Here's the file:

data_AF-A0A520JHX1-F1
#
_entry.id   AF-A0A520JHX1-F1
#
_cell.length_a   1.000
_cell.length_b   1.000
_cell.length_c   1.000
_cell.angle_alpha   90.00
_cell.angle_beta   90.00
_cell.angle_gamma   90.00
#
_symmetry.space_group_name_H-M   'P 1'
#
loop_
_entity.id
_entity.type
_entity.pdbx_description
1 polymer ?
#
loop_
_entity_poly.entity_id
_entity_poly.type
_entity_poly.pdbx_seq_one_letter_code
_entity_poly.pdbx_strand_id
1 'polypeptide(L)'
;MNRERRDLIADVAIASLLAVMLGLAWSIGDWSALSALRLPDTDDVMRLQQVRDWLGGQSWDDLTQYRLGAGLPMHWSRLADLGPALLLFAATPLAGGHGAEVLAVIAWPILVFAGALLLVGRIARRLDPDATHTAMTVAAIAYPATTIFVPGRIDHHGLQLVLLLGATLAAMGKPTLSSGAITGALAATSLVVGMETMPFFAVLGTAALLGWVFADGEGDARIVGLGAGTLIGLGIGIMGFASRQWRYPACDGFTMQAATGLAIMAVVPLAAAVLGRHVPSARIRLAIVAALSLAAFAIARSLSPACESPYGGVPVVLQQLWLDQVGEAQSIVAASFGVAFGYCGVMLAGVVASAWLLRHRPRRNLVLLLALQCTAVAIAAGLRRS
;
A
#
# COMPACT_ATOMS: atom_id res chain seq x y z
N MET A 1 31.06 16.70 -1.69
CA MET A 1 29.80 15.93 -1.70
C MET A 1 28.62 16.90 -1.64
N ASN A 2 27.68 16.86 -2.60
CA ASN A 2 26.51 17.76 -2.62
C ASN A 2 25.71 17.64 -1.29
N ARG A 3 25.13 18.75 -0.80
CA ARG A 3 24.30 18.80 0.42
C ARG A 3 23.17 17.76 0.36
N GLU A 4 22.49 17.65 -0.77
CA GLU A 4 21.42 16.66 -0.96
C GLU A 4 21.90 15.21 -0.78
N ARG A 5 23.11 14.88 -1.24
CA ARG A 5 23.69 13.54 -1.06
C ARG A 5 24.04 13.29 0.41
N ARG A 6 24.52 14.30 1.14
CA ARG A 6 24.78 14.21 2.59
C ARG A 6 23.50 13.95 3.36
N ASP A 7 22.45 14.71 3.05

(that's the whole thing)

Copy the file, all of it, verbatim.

data_AF-A0A520JHX1-F1
#
_entry.id   AF-A0A520JHX1-F1
#
_cell.length_a   1.000
_cell.length_b   1.000
_cell.length_c   1.000
_cell.angle_alpha   90.00
_cell.angle_beta   90.00
_cell.angle_gamma   90.00
#
_symmetry.space_group_name_H-M   'P 1'
#
loop_
_entity.id
_entity.type
_entity.pdbx_description
1 polymer ?
#
loop_
_entity_poly.entity_id
_entity_poly.type
_entity_poly.pdbx_seq_one_letter_code
_entity_poly.pdbx_strand_id
1 'polypeptide(L)'
;MNRERRDLIADVAIASLLAVMLGLAWSIGDWSALSALRLPDTDDVMRLQQVRDWLGGQSWDDLTQYRLGAGLPMHWSRLADLGPALLLFAATPLAGGHGAEVLAVIAWPILVFAGALLLVGRIARRLDPDATHTAMTVAAIAYPATTIFVPGRIDHHGLQLVLLLGATLAAMGKPTLSSGAITGALAATSLVVGMETMPFFAVLGTAALLGWVFADGEGDARIVGLGAGTLIGLGIGIMGFASRQWRYPACDGFTMQAATGLAIMAVVPLAAAVLGRHVPSARIRLAIVAALSLAAFAIARSLSPACESPYGGVPVVLQQLWLDQVGEAQSIVAASFGVAFGYCGVMLAGVVASAWLLRHRPRRNLVLLLALQCTAVAIAAGLRRS
;
A
#
# COMPACT_ATOMS: atom_id res chain seq x y z
N MET A 1 31.06 16.70 -1.69
CA MET A 1 29.80 15.93 -1.70
C MET A 1 28.62 16.90 -1.64
N ASN A 2 27.68 16.86 -2.60
CA ASN A 2 26.51 17.76 -2.62
C ASN A 2 25.71 17.64 -1.29
N ARG A 3 25.13 18.75 -0.80
CA ARG A 3 24.30 18.80 0.42
C ARG A 3 23.17 17.76 0.36
N GLU A 4 22.49 17.65 -0.77
CA GLU A 4 21.42 16.66 -0.96
C GLU A 4 21.90 15.21 -0.78
N ARG A 5 23.11 14.88 -1.24
CA ARG A 5 23.69 13.54 -1.06
C ARG A 5 24.04 13.29 0.41
N ARG A 6 24.52 14.30 1.14
CA ARG A 6 24.78 14.21 2.59
C ARG A 6 23.50 13.95 3.36
N ASP A 7 22.45 14.71 3.05